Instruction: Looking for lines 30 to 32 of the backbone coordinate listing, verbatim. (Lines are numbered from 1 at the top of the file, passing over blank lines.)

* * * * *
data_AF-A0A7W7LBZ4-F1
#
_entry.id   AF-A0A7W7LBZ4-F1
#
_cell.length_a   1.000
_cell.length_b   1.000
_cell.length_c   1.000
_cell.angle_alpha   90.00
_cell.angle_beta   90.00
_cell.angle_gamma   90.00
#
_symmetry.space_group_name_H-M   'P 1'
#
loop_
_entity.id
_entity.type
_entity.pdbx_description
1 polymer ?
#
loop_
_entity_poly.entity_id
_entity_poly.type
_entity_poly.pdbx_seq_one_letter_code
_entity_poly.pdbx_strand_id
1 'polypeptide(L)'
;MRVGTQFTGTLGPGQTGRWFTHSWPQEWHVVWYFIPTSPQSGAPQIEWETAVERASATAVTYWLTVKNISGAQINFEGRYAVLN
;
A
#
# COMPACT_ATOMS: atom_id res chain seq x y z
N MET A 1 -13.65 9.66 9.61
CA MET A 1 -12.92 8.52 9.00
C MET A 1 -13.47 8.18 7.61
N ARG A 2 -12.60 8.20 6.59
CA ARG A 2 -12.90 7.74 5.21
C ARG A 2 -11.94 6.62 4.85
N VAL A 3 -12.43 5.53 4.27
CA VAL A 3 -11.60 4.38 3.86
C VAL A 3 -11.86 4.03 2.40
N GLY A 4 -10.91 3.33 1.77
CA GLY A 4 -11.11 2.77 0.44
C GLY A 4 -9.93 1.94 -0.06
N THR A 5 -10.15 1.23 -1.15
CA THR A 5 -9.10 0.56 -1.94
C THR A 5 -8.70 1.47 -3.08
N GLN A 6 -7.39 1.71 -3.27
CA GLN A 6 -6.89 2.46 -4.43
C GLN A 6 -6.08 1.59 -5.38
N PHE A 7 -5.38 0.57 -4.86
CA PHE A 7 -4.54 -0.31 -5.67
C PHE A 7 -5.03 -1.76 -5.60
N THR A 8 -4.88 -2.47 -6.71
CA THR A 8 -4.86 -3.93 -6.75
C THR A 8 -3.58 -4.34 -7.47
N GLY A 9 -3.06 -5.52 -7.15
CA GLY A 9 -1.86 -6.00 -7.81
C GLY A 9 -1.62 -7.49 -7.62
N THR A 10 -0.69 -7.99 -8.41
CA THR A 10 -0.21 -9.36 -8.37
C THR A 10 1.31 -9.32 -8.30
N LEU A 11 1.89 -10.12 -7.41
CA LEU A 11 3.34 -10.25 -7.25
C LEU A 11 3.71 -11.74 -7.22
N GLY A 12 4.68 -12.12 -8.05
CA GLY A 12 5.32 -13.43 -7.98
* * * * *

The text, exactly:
# COMPACT_ATOMS: atom_id res chain seq x y z
N MET A 1 -13.65 9.66 9.61
CA MET A 1 -12.92 8.52 9.00